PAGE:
Religious agnosticism
the view that the agnostic principle can be mixed either with at least some minimum of affirmative doctrine, or with the type of religiousness that makes no very substantial doctrinal demands.

In essence what it boils down to is you are a fence sitter of sorts. Many people look at this as someone who doesnt take a stance on things, and wont stand up for what is right or someone that will allow something to happen without standing up for yourself. Not hardly, in my opinion...
I try to live life in moderation and I see my beliefs about the "unknowable" a great example of openmindedness, but still, at the same time, susceptible to fault just as the religious extremist on the right are.

If you can not look at something and see both sides to the equation or think you have it all figured out, then you may as well quit while you are so far ahead of the rest of the pack. You got no more to learn and are headed straight into geniusville...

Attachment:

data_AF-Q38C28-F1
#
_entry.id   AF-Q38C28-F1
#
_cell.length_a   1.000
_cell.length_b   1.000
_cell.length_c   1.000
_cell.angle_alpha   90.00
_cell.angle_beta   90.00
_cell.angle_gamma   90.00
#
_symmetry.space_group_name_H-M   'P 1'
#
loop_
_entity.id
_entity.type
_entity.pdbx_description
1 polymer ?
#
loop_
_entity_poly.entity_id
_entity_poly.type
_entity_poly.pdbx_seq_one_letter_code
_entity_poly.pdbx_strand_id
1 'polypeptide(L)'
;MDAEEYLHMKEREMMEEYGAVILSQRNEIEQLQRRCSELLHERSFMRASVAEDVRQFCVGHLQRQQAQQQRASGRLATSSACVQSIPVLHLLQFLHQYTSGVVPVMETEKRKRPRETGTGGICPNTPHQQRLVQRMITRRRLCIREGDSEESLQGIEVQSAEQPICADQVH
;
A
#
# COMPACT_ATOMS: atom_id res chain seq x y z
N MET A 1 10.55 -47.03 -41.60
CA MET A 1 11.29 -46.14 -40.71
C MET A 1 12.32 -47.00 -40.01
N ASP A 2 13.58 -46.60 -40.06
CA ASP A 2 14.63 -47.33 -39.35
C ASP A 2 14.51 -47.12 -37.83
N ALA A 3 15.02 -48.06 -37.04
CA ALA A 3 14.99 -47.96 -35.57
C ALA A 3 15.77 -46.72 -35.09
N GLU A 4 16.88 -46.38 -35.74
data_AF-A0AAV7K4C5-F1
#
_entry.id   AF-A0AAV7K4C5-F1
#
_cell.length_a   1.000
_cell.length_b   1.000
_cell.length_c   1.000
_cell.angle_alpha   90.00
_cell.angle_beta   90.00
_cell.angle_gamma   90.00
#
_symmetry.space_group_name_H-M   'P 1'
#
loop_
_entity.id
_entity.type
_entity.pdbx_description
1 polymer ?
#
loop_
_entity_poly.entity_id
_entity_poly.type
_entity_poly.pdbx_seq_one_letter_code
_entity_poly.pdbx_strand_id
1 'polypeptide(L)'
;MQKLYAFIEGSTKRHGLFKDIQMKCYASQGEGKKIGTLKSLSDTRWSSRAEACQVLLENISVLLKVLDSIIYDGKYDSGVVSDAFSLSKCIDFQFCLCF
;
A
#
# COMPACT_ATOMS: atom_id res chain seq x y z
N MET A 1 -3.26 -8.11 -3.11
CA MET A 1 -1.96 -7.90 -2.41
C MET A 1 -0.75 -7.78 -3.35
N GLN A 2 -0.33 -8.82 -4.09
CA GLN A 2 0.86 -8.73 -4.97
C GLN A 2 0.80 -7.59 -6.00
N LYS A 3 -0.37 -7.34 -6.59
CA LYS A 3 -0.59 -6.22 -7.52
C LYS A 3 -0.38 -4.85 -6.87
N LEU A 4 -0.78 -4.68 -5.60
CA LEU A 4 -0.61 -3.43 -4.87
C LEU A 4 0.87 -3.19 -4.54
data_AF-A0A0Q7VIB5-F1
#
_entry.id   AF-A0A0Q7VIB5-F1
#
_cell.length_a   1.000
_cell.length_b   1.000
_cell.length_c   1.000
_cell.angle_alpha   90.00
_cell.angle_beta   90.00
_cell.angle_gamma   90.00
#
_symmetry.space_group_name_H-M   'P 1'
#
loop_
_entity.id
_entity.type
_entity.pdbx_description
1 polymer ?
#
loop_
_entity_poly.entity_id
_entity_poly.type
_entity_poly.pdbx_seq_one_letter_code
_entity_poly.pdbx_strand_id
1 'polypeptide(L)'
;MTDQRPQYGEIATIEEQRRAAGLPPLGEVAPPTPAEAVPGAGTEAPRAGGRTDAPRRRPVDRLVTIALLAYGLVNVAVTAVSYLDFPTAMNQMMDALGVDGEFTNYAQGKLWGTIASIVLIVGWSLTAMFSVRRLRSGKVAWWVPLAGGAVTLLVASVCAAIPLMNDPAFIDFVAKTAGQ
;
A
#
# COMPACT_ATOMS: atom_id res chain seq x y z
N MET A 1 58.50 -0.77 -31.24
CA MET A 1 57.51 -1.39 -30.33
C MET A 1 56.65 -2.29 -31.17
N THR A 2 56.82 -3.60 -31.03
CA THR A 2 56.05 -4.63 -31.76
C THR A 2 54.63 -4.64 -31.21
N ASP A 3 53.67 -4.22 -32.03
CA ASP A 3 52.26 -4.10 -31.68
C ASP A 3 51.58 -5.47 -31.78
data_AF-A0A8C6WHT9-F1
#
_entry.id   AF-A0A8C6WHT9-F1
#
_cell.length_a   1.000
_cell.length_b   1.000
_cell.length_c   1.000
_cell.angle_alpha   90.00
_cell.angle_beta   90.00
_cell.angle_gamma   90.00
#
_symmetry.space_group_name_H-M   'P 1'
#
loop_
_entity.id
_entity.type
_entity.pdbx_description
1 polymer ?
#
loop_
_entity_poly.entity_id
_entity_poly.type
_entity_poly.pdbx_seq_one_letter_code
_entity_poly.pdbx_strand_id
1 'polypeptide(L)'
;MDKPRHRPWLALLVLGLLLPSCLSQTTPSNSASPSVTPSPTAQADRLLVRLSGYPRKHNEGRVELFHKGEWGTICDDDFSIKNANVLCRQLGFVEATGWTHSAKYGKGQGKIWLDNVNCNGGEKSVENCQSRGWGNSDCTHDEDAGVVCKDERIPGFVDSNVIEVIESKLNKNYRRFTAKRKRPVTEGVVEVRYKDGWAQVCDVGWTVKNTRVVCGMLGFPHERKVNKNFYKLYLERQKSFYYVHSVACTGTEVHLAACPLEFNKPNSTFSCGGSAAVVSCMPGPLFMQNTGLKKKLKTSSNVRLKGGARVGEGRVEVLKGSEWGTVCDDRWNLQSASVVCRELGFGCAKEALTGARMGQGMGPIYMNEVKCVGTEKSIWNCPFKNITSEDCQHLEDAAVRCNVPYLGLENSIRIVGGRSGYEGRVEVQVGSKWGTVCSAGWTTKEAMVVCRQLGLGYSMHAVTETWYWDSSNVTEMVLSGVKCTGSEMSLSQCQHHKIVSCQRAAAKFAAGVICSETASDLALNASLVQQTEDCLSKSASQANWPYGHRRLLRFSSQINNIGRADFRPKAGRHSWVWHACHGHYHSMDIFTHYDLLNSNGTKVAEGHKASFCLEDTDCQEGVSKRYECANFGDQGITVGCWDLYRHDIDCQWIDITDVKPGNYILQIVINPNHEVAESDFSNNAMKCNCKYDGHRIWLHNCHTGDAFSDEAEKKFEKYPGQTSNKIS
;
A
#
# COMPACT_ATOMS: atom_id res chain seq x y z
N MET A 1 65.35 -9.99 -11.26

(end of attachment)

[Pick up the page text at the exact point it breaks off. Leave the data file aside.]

...If your world looks black and white with no transitional gray then heck life is as simple as apple pie and vanilla ice cream. Gotta say, there are times I am a little jealous of those who hav ethings so clearly figured out. Must be nice. Sometimes I wish I could go back to those days whn life was so simplistic.

Unfortunately, reality and its philosophical messages it constantly delivers us vary so widely it is very difficult (for me at least) to cement the conclusions I feel I may have come to. Maybe with age and subsequent wisdom can one be more sure of their views.

But it doesnt mean you don't have morals, or convictions and standards. It doesn't mean there isn't black and ther isn't white. No. It means you are not going to write off an opposing view just because it differs from your own. Moderation should be applied to all aspects of life. Including religion or anti-religious setiment. Hate and love. Politics and leisure. Work and play. I find agnosticism tied closely with my view of moderation in the world. Doesn't mean I'm always good at doing things in moderation though! Certainly theres times where stubborness and desire drown out my sense of reason!